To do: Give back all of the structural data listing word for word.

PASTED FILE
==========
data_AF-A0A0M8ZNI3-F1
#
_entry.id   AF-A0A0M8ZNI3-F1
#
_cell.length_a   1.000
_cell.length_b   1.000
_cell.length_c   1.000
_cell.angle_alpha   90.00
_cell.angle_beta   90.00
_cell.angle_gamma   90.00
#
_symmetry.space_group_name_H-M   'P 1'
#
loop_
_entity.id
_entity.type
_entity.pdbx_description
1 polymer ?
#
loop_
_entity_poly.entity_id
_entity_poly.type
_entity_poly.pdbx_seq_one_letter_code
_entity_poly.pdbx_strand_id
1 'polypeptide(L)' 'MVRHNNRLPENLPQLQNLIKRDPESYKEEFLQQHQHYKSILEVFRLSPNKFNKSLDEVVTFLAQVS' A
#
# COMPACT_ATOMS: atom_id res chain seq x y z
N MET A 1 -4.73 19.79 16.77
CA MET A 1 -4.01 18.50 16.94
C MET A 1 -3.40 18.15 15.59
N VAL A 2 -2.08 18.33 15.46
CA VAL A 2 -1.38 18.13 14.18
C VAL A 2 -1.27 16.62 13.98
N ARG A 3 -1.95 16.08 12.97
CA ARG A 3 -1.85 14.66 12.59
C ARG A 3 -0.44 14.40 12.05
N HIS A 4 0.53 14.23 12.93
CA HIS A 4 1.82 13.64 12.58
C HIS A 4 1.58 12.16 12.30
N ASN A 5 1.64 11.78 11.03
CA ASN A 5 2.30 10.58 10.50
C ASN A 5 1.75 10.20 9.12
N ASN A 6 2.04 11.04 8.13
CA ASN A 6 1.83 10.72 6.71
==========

data_AF-A0A0M8ZNI3-F1
#
_entry.id   AF-A0A0M8ZNI3-F1
#
_cell.length_a   1.000
_cell.length_b   1.000
_cell.length_c   1.000
_cell.angle_alpha   90.00
_cell.angle_beta   90.00
_cell.angle_gamma   90.00
#
_symmetry.space_group_name_H-M   'P 1'
#
loop_
_entity.id
_entity.type
_entity.pdbx_description
1 polymer ?
#
loop_
_entity_poly.entity_id
_entity_poly.type
_entity_poly.pdbx_seq_one_letter_code
_entity_poly.pdbx_strand_id
1 'polypeptide(L)' 'MVRHNNRLPENLPQLQNLIKRDPESYKEEFLQQHQHYKSILEVFRLSPNKFNKSLDEVVTFLAQVS' A
#
# COMPACT_ATOMS: atom_id res chain seq x y z
N MET A 1 -4.73 19.79 16.77
CA MET A 1 -4.01 18.50 16.94
C MET A 1 -3.40 18.15 15.59
N VAL A 2 -2.08 18.33 15.46
CA VAL A 2 -1.38 18.13 14.18
C VAL A 2 -1.27 16.62 13.98
N ARG A 3 -1.95 16.08 12.97
CA ARG A 3 -1.85 14.66 12.59
C ARG A 3 -0.44 14.40 12.05
N HIS A 4 0.53 14.23 12.93
CA HIS A 4 1.82 13.64 12.58
C HIS A 4 1.58 12.16 12.30
N ASN A 5 1.64 11.78 11.03
CA ASN A 5 2.30 10.58 10.50
C ASN A 5 1.75 10.20 9.12
N ASN A 6 2.04 11.04 8.13
CA ASN A 6 1.83 10.72 6.71